The journey of a 1000 miles begins with a single step

Thinking

Thinking

Now that all thoughts have subsided
off I go, deep into the woods,
and pick me
a handful of shepherd’s purse.
Just like the stream
meandering through mossy crevices
I, too, hushed
become utterly clear.

– Ryokan

quoted in the book “The Longing In Between: Sacred Poetry From Around The World”

With thanks to Just Dharma Quotes


Do not be bothered by anything 

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When you are practicing Zazen, do not try to stop your thinking. Let it stop by itself. If something comes into your mind, let it come in, and let it go out. It will not stay long. When you try to stop your thinking, it means you are bothered by it. Do not be bothered by anything. It appears as if something comes from outside your mind, but actually it is only the waves of your mind, and if you are not bothered by the waves, gradually they will become calmer and calmer.


– Shunryu Suzuki

from the book “Zen Mind, Beginner’s Mind”


Think of nonthinking. How is this done?

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“Think of nonthinking. How is this done? By thinking beyond thinking and non-thinking. This is the very basis of zazen.”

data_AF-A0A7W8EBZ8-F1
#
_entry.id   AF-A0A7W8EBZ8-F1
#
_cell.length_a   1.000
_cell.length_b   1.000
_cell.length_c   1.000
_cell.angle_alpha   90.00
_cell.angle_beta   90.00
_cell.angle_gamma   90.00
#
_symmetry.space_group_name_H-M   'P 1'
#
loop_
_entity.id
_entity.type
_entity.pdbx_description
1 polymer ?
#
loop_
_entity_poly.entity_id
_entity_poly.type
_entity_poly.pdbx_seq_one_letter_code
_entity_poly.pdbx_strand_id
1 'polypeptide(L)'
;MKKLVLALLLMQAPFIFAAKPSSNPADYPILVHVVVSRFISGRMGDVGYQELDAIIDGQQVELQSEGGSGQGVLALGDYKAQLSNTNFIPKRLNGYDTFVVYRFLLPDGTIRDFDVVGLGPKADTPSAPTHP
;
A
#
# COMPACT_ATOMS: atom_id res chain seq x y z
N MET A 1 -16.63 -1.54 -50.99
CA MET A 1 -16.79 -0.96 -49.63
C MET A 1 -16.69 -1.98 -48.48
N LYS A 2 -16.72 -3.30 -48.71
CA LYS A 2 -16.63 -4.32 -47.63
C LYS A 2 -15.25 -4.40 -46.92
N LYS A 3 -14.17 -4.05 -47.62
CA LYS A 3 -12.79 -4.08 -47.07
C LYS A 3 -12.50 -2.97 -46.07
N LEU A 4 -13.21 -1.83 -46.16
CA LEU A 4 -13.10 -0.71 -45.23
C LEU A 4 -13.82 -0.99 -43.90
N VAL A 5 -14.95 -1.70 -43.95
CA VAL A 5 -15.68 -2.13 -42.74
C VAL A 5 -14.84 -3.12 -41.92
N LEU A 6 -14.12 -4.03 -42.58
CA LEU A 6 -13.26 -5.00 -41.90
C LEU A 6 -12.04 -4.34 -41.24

Dogen-zenji (1200-53) (from Fukan zazen-gi)

American Zen


Meditation baggage

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Thich Nhat Hanh Philosophy & Practice


Knowing the truth

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When we know the truth, we become people who don’t have to think much, we become people with wisdom. If we don’t know, we have more thinking than wisdom or no wisdom at all. A lot of thinking without wisdom is extreme suffering.

– Ajahn Chah

Thinking is so tiresome

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  “Thinking is so tiresome,
Requiring so much energy
Solely for the purpose
Of reinforcing the notion
Of a thinker.
What a waste!
Stop thinking and
Merely watch
Everything being done
Without your interference.”
– Wu Hsin

Cultivating trust in simplicity

The quintessential teaching of the Buddha — the nature of mind — is difficult to understand, not because it is complicated but because of its unbearably naked quality. One common method for deciphering the truth is through commentaries, analysis, arguments, and research. But the more we try to decipher this simplicity through academic studies and intellectual analysis, the more we get sidetracked, deterred, or worse, we end up constructing very convincing concepts that we mistake for the simplicity itself. Therefore, one must work hard to accumulate merit. Accumulating merit is the one and only way to cultivate trust in simplicity. But many of us have to first convince ourselves that accumulation of merit works.

– Dzongsar Khyentse Rinpoche